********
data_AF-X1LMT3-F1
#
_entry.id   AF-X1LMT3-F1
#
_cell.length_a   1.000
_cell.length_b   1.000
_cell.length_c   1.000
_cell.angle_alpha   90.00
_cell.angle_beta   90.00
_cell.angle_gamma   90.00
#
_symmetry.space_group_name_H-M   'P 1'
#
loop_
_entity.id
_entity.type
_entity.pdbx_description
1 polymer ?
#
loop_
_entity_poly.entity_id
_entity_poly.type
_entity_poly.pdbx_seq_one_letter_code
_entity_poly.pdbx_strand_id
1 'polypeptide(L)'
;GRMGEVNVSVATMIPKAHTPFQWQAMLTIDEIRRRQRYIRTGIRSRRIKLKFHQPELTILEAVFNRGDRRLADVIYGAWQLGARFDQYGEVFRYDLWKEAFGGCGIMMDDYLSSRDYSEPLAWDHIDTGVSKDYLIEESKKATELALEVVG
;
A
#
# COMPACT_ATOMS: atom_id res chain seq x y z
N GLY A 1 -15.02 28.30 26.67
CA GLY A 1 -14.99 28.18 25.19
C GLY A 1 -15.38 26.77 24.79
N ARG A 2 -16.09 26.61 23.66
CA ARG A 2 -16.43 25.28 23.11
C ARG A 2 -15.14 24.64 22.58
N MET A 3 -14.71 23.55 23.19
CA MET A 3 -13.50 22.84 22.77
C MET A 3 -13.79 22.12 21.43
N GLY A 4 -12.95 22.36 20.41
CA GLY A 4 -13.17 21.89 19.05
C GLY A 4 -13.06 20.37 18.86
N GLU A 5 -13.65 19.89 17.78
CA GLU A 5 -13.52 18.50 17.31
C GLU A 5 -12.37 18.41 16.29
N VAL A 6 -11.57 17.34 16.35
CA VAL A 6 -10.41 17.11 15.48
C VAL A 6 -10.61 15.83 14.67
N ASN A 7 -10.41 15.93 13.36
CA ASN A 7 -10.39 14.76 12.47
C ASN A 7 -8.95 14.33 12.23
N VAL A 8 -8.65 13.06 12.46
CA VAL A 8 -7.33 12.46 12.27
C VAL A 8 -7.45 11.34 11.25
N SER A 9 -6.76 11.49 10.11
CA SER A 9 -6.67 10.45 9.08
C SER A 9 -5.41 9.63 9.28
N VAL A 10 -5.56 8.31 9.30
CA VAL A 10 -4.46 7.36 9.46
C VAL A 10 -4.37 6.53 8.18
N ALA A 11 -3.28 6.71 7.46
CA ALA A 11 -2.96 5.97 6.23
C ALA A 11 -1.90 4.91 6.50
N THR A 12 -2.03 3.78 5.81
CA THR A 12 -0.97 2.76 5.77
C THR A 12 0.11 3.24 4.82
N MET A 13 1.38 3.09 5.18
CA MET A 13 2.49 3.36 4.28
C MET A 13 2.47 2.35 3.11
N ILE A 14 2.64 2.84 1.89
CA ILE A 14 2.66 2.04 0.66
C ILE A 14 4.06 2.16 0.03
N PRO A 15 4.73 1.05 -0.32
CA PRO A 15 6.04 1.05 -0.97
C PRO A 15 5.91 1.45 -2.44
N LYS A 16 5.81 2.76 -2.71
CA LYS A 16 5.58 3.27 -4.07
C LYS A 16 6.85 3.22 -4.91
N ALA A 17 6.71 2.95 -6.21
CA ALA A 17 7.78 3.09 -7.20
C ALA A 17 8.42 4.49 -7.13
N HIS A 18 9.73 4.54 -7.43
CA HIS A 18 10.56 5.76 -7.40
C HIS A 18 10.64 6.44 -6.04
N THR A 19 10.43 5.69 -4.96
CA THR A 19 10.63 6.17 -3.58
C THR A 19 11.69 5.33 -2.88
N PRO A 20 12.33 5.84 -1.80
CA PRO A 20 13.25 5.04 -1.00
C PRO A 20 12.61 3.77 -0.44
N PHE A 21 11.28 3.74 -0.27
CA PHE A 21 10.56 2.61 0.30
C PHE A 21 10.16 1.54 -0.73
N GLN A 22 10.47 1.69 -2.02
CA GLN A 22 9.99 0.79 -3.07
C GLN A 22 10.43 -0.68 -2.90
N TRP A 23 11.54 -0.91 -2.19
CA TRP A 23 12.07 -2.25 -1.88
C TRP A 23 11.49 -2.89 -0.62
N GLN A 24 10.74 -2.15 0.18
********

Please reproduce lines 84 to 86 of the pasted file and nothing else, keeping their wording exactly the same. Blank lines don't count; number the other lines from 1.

C HIS A 18 10.64 6.44 -6.04
N THR A 19 10.43 5.69 -4.96
CA THR A 19 10.63 6.17 -3.58